Don Malcolm likes this.
  23. Chris May

    Chris May Resident 'Carpenterologist' Moderator Thread Starter

    No, actually the leakage you hear on the Master Karaoke album is Karen's lead coming in thru Hal's headset and being picked up by the overhead mics on the drum kit. Man, there's all kinds of bleed thru going on here!

    If you want to have some fun, pull out the '85 remix and listen to some of the 8th and quarter notes on the hat in the intro and re-intro as well as some of the tom fills. You'll hear a slight bleed over of the original drum track occasionally, which is what Richard was talking about. Incidentally that's actually my favorite mix of the song, mainly because I prefer Hal's new track. A punchier performance and better fills IMHO.

    And on a similar note, also listen to This Masquerade sometime. You can also hear some slight bleed on the click track in Karen's headset while tracking the drums.
    Don Malcolm likes this.
  24. Mike Blakesley

    Mike Blakesley Well-Known Member Moderator

    I agree with virtually everything written above -- this is about as fine a single as has been recorded by any artist ever.

    I'm not sure when I heard "Superstar" for the first time, but it was probably on the radio. The first time I heard "Bless the Beasts" was in the movie of the same name, which I thought was a really good movie. It hasn't dated too well, but it's still a pretty powerful film.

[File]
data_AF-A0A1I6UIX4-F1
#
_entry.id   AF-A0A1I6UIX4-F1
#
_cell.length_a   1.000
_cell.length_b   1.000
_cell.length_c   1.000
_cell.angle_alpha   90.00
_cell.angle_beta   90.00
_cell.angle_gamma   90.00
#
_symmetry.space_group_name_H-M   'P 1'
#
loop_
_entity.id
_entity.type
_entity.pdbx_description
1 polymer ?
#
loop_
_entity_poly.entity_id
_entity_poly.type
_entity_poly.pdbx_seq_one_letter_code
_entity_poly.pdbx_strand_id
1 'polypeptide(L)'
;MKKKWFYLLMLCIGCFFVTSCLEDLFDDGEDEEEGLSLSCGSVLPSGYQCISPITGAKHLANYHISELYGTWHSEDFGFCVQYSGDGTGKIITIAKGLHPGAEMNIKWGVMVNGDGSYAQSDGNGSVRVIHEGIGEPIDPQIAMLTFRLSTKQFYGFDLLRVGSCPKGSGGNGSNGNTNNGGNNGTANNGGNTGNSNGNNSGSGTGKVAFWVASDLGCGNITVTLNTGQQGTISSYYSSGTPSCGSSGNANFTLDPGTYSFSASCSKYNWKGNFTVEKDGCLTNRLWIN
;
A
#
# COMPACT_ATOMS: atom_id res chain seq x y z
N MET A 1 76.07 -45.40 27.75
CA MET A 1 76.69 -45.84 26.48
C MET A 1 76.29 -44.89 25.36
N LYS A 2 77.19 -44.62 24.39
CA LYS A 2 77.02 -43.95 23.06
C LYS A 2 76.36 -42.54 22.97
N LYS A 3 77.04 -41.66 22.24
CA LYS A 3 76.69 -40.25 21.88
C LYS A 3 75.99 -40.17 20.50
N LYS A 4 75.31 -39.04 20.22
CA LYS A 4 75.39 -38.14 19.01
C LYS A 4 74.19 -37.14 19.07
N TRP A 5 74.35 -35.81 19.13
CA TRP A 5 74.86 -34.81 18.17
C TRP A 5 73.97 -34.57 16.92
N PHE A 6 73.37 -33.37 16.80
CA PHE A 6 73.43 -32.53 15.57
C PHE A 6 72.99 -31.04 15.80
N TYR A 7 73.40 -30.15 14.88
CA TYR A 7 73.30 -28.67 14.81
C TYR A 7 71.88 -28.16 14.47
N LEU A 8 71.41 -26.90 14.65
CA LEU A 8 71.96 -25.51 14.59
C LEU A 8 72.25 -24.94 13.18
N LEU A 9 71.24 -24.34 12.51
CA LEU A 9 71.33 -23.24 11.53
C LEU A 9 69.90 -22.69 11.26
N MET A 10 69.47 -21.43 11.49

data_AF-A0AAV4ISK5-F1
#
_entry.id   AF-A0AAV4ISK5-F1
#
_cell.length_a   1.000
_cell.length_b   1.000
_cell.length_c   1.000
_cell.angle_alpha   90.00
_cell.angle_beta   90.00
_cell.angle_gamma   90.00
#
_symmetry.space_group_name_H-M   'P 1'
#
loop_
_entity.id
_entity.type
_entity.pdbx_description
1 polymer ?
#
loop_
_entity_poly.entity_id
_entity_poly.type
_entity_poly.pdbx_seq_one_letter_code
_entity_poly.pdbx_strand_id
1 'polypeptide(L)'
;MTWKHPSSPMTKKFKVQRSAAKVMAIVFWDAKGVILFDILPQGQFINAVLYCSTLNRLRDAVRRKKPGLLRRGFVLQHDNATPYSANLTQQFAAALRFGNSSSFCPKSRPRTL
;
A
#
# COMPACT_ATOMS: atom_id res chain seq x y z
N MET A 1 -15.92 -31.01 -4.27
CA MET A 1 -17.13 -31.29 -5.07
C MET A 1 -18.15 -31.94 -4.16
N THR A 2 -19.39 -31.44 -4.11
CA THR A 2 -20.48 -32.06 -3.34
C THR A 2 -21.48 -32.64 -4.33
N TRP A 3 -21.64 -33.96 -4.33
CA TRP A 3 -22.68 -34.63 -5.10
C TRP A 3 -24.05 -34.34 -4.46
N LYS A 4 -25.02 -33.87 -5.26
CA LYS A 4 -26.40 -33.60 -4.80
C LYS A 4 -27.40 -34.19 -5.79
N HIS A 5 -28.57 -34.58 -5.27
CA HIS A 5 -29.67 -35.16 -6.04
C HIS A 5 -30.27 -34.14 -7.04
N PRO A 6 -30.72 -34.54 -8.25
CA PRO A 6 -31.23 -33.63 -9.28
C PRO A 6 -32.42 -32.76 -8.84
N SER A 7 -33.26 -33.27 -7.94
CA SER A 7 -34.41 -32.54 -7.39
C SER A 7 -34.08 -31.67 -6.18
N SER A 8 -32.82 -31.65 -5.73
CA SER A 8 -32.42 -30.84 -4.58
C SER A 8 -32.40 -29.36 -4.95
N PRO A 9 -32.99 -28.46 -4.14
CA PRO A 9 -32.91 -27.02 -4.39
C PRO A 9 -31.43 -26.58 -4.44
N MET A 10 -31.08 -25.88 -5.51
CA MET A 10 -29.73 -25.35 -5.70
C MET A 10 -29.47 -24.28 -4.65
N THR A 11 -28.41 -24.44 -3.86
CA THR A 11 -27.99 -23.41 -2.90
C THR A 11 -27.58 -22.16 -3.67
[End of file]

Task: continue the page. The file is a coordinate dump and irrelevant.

Anyhow, I can't really think of anything to add to the comments above except to add my vote. I would probably have to pick "Superstar" as my favorite between the two, but they're both indispensable songs in the Carpenters repertoire. If "Superstar" is a 10, "Bless the Beasts" is at least an 8.5.

    Regarding the debate on where the lyrics were written out....

    I have a feeling some of these "stories" tend to get started and then they get repeated and then they're taken as fact.

    In the BBC's "Herb Alpert Story," it's stated that Herb Alpert discovered the Carpenters when they were performing at Disneyland, but Herb said (in a different interview) that he discovered them via a tape presented by Jack Daugherty.

    On the same BBC program, Richard repeats the famous tidbit that recording "Close to You" took 47 takes. In Chris's interview with Hal Blaine and Joe Osborn on "The Download," one of them (I forget which) says he didn't remember anything ever taking that many takes.

    I always thought maybe Richard was "being funny" with the 47 takes comment in the same way Jack Benny being perpetually 39 was funny. He said, "I was 37 for years, then I was 38, and we stopped at 39, because 39 is a funny number -- 40 isn't." The number 47 also strikes me as a funny number, but I can't say why that is!

    So, who knows....the lyrics to Superstar might have been written on a tape legend or maybe a napkin or maybe it was a sheet of notebook paper....who knows, right?

  25. I've gotta agree with Eyewire on this one - While I love 'Superstar' and consider it both essential and art, I have a hard time listening to it now - it's so desperate and also have a hard time accepting Karen as a groupie. (Still if you've ever heard Rita Coolidge's version, you realize how another great singer couldn't match the power of Karen's performance.)

    So while I give the A side the choice as the better record, I actually listen to the B side more often!
    Eyewire likes this.

Share This Page

Users Viewing Thread (Users: 0, Guests: 0)